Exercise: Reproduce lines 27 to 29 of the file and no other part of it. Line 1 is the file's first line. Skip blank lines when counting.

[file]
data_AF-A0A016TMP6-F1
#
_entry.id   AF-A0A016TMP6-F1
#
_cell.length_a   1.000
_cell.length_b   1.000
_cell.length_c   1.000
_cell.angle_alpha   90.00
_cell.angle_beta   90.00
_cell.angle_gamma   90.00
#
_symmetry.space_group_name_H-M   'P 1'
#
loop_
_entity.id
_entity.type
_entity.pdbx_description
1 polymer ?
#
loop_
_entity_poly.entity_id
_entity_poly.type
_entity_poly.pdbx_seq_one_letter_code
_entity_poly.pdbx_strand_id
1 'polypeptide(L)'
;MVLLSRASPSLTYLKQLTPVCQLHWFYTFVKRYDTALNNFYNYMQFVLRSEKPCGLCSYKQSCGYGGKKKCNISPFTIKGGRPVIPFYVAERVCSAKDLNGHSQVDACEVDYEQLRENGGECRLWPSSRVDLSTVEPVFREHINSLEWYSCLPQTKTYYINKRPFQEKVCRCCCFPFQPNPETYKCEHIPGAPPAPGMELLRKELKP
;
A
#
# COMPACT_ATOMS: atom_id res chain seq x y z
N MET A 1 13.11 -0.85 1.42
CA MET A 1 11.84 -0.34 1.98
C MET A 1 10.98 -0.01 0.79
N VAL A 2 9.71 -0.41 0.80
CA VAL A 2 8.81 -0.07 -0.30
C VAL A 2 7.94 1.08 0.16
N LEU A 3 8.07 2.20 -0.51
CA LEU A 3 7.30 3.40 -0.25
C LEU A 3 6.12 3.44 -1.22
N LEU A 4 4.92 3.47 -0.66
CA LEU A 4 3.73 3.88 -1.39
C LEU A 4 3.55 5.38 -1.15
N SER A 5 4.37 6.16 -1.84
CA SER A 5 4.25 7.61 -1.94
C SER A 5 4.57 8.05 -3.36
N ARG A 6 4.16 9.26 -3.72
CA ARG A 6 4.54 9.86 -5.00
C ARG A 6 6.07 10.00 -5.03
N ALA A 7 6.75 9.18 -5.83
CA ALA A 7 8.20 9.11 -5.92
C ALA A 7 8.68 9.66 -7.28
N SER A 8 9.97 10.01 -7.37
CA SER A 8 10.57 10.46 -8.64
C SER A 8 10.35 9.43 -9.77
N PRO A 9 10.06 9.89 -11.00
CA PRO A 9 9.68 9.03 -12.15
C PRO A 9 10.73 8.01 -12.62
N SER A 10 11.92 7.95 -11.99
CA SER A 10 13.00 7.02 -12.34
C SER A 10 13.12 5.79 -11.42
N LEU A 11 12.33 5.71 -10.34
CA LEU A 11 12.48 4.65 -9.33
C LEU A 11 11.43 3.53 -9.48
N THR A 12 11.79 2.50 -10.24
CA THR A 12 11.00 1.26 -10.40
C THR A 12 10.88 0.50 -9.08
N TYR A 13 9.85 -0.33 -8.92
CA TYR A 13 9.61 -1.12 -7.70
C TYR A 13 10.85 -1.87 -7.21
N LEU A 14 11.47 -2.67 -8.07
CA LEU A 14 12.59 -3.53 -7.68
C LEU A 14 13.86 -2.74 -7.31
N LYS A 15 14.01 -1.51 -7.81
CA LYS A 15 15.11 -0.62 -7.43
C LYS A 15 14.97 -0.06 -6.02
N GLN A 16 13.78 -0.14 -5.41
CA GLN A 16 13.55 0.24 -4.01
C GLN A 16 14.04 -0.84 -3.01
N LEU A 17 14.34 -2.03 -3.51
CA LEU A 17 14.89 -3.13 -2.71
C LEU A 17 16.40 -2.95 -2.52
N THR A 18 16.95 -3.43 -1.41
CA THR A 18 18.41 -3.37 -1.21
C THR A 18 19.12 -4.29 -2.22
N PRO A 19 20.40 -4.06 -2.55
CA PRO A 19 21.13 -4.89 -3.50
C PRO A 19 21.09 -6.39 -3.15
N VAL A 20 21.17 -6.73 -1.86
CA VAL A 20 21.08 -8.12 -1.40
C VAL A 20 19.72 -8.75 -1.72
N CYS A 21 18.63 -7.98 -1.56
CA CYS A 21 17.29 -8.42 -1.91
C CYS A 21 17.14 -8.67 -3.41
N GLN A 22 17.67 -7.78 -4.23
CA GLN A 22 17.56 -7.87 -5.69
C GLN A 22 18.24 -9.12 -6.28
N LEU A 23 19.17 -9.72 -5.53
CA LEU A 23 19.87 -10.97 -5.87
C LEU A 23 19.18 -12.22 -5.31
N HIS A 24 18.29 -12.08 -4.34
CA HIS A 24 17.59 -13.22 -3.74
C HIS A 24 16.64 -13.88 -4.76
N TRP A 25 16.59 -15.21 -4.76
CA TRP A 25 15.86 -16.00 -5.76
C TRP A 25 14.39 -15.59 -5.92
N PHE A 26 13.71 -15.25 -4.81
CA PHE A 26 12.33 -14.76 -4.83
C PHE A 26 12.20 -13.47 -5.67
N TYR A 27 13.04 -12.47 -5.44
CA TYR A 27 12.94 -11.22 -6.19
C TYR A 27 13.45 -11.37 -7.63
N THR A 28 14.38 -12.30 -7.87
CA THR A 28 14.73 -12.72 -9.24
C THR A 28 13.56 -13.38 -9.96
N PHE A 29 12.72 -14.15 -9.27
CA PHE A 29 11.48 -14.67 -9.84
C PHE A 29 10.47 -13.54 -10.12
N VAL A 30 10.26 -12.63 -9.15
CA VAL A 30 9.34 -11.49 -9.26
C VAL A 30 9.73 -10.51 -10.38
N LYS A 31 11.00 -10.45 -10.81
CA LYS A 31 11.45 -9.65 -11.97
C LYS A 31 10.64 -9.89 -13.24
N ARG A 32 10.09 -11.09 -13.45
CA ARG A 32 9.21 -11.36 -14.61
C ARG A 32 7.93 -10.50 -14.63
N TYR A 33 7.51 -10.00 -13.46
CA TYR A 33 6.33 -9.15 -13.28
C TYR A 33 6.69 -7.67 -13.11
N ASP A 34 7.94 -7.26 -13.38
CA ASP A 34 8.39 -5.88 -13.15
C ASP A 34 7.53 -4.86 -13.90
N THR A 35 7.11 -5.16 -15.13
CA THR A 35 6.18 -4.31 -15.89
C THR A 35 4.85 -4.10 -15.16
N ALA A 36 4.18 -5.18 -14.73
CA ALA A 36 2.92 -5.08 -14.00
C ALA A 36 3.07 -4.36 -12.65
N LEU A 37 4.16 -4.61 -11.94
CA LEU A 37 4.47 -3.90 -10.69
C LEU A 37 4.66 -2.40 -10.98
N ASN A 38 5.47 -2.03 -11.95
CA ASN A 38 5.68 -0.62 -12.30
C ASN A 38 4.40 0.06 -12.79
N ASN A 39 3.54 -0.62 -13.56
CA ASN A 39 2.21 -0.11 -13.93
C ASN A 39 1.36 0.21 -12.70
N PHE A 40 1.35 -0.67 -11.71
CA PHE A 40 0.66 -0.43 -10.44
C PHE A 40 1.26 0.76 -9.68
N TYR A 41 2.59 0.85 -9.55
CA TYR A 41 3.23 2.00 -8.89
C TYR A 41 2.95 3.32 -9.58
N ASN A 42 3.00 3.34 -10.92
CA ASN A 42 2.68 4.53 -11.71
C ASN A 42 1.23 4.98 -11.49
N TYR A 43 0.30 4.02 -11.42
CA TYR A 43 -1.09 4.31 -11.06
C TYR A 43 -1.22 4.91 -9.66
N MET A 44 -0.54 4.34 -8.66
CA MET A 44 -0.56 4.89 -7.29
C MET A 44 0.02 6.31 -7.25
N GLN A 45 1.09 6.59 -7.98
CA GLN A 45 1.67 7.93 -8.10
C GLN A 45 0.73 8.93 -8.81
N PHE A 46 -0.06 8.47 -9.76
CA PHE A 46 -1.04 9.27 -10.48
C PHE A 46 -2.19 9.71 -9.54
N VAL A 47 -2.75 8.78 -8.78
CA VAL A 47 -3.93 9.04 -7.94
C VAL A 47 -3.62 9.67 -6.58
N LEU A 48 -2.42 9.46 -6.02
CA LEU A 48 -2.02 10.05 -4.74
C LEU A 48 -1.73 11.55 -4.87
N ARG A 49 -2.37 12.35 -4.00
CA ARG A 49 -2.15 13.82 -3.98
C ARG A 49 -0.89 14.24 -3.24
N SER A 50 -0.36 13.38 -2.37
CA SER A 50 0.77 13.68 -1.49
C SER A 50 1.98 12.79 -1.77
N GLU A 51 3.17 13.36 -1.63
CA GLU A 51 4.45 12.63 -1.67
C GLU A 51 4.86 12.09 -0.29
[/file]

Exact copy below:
;
A
#